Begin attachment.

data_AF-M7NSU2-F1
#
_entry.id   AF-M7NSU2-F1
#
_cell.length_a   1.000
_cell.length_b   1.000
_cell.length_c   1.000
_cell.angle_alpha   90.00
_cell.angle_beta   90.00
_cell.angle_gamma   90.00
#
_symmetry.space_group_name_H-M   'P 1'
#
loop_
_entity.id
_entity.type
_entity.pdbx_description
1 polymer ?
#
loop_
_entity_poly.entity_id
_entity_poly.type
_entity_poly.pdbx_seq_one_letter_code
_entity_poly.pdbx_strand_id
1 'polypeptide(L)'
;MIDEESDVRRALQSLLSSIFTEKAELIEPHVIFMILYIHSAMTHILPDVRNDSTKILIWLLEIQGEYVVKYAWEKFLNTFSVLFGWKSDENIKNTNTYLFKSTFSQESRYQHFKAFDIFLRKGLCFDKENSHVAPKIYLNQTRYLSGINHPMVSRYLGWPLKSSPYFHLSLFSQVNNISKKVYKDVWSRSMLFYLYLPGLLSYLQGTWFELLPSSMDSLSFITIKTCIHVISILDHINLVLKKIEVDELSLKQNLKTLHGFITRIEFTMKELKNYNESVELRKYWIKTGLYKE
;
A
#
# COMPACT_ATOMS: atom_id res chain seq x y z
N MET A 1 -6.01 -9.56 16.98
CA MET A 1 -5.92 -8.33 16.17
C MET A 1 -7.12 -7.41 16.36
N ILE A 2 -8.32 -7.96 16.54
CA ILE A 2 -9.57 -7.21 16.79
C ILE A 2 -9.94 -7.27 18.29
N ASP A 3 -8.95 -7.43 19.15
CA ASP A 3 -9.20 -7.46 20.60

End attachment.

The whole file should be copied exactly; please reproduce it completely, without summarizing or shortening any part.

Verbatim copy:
data_AF-M7NSU2-F1
#
_entry.id   AF-M7NSU2-F1
#
_cell.length_a   1.000
_cell.length_b   1.000
_cell.length_c   1.000
_cell.angle_alpha   90.00
_cell.angle_beta   90.00
_cell.angle_gamma   90.00
#
_symmetry.space_group_name_H-M   'P 1'
#
loop_
_entity.id
_entity.type
_entity.pdbx_description
1 polymer ?
#
loop_
_entity_poly.entity_id
_entity_poly.type
_entity_poly.pdbx_seq_one_letter_code
_entity_poly.pdbx_strand_id
1 'polypeptide(L)'
;MIDEESDVRRALQSLLSSIFTEKAELIEPHVIFMILYIHSAMTHILPDVRNDSTKILIWLLEIQGEYVVKYAWEKFLNTFSVLFGWKSDENIKNTNTYLFKSTFSQESRYQHFKAFDIFLRKGLCFDKENSHVAPKIYLNQTRYLSGINHPMVSRYLGWPLKSSPYFHLSLFSQVNNISKKVYKDVWSRSMLFYLYLPGLLSYLQGTWFELLPSSMDSLSFITIKTCIHVISILDHINLVLKKIEVDELSLKQNLKTLHGFITRIEFTMKELKNYNESVELRKYWIKTGLYKE
;
A
#
# COMPACT_ATOMS: atom_id res chain seq x y z
N MET A 1 -6.01 -9.56 16.98
CA MET A 1 -5.92 -8.33 16.17
C MET A 1 -7.12 -7.41 16.36
N ILE A 2 -8.32 -7.96 16.54
CA ILE A 2 -9.57 -7.21 16.79
C ILE A 2 -9.94 -7.27 18.29
N ASP A 3 -8.95 -7.43 19.15
CA ASP A 3 -9.20 -7.46 20.60